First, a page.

GWI’s initiative is a holistic approach linking water and environmental security, peace and development, and sustainable reintegration of marginalized groups.

  

Water insecurity brings into play fundamental questions relative to the right to life, human and social rights and the area of the common good. The unequal distribution of water poses crucial problems to democracy and power in contemporary societies, at a local level as much as at the global level.

All over the world, water is fundamental to our lives. Water is intricately linked to environmental security, human stability, and large scale socioeconomic development. 


Water-related issues carry significant environmental, societal and economic burdens.


Climate change at the source of global warming poses a substantial threat to the world’s water security as well and has contributed to water stress, drought, desertification and hunger.


Its effects are already felt worldwide, but developing countries are the hardest hit.


Some of the challenges these countries face involve rapid population growth and migration from neighboring countries due to internal or inter-regional conflict. These burdens further increase the potential  conflicts within and between states.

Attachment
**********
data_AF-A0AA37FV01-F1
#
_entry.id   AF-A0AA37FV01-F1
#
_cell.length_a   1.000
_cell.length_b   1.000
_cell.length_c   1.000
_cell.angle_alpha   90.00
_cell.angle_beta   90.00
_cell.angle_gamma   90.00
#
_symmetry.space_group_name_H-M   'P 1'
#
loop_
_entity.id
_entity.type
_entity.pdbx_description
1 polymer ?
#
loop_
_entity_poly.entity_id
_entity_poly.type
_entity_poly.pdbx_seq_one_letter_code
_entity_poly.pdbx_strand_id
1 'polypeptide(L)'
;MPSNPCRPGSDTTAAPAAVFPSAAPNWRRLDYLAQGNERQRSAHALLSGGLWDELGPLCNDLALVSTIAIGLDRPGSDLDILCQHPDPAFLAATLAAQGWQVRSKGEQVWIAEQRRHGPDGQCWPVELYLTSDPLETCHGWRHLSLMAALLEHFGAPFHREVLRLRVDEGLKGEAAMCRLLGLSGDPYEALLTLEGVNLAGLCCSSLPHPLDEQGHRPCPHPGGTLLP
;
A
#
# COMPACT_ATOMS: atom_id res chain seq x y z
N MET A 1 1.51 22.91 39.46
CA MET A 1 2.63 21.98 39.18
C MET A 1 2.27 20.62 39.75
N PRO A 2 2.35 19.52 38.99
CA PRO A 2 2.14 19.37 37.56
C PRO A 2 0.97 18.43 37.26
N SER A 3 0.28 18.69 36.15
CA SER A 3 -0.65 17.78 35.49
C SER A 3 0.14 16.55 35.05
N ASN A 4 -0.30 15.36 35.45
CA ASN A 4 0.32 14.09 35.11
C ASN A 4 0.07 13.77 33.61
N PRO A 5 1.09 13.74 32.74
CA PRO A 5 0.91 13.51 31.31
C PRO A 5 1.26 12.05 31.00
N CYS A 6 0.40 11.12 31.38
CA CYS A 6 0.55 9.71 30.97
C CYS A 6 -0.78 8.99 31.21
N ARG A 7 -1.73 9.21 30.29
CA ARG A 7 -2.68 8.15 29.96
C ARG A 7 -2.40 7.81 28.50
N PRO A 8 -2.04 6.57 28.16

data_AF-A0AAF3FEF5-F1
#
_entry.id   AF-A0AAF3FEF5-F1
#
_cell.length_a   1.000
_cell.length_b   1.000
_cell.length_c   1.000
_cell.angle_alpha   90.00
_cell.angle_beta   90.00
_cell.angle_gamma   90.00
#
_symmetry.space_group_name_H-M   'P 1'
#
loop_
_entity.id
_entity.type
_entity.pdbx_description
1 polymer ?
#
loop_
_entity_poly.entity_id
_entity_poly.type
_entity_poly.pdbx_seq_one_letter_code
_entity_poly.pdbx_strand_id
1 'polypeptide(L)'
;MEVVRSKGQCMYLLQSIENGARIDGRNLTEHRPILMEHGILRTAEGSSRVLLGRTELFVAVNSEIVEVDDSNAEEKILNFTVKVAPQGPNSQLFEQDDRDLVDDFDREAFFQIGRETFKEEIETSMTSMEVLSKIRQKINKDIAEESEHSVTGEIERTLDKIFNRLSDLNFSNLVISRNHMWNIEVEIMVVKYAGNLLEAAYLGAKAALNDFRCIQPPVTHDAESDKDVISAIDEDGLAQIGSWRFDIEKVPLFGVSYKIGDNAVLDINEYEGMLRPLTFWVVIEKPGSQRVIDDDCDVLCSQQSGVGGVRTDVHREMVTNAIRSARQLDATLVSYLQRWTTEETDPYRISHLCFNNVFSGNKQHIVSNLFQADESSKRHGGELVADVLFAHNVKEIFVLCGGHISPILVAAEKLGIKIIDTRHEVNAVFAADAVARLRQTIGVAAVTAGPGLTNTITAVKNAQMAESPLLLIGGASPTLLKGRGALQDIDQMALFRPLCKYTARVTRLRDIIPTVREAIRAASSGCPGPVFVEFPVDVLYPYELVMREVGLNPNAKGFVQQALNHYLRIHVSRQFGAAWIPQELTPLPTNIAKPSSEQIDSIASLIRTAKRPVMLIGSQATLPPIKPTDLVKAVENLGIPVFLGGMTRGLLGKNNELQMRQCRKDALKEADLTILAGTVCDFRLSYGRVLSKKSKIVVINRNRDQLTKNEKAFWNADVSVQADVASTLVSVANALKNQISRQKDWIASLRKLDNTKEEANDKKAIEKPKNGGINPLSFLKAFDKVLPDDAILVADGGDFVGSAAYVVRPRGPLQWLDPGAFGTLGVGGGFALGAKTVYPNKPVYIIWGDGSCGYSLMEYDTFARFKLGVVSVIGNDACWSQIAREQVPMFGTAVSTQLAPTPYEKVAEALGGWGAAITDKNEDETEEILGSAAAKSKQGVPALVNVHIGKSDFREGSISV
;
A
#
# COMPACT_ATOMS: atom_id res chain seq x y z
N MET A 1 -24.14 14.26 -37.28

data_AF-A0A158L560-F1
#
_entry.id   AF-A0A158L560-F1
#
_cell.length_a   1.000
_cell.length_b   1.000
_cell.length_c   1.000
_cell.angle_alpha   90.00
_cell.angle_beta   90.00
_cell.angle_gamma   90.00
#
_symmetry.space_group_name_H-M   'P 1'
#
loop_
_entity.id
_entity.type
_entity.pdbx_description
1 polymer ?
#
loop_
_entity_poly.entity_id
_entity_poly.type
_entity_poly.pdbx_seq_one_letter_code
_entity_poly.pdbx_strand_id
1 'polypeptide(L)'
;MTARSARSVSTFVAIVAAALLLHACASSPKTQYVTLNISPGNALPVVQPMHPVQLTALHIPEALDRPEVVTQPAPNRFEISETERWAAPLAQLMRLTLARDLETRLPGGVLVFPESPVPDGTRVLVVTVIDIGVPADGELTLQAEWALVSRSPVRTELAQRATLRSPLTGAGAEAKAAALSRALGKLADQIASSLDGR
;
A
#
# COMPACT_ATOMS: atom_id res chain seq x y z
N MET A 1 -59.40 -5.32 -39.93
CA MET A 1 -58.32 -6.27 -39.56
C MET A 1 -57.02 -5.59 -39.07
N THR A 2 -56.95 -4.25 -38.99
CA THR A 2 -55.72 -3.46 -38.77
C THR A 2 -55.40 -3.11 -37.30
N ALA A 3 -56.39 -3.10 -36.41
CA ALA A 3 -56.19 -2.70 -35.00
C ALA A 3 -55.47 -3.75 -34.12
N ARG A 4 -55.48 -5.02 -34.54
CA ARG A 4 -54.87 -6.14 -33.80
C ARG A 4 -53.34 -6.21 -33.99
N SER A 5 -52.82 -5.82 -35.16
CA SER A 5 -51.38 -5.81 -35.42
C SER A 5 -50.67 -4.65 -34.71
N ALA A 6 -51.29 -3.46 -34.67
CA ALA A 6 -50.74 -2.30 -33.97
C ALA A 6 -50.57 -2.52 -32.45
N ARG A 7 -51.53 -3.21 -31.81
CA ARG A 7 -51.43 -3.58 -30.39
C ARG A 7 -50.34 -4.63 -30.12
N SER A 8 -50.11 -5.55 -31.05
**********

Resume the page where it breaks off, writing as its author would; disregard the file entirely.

GWI acts as a catalyst, advocate and trainer in the consolidation of interstate peace and water, environment  security and climate change's dialogues.

The Sixth Goal of the UN Sustainable Development

Water security combined with  environmental security result in human security. In essence, the latter is the nexus for population's  health and freedom, environmental sustainability and economic prosperity. 


Worldwide, over2 billion people are affected by water stress and scarcity. This situation will be exacerbated  with population growth and the effects of climate change. 


Achieving universal access to drinking water and other hygienic-related services remains a major challenges. Meeting them is crucial to further progress in the overall human security, especially in health, education and poverty eradication.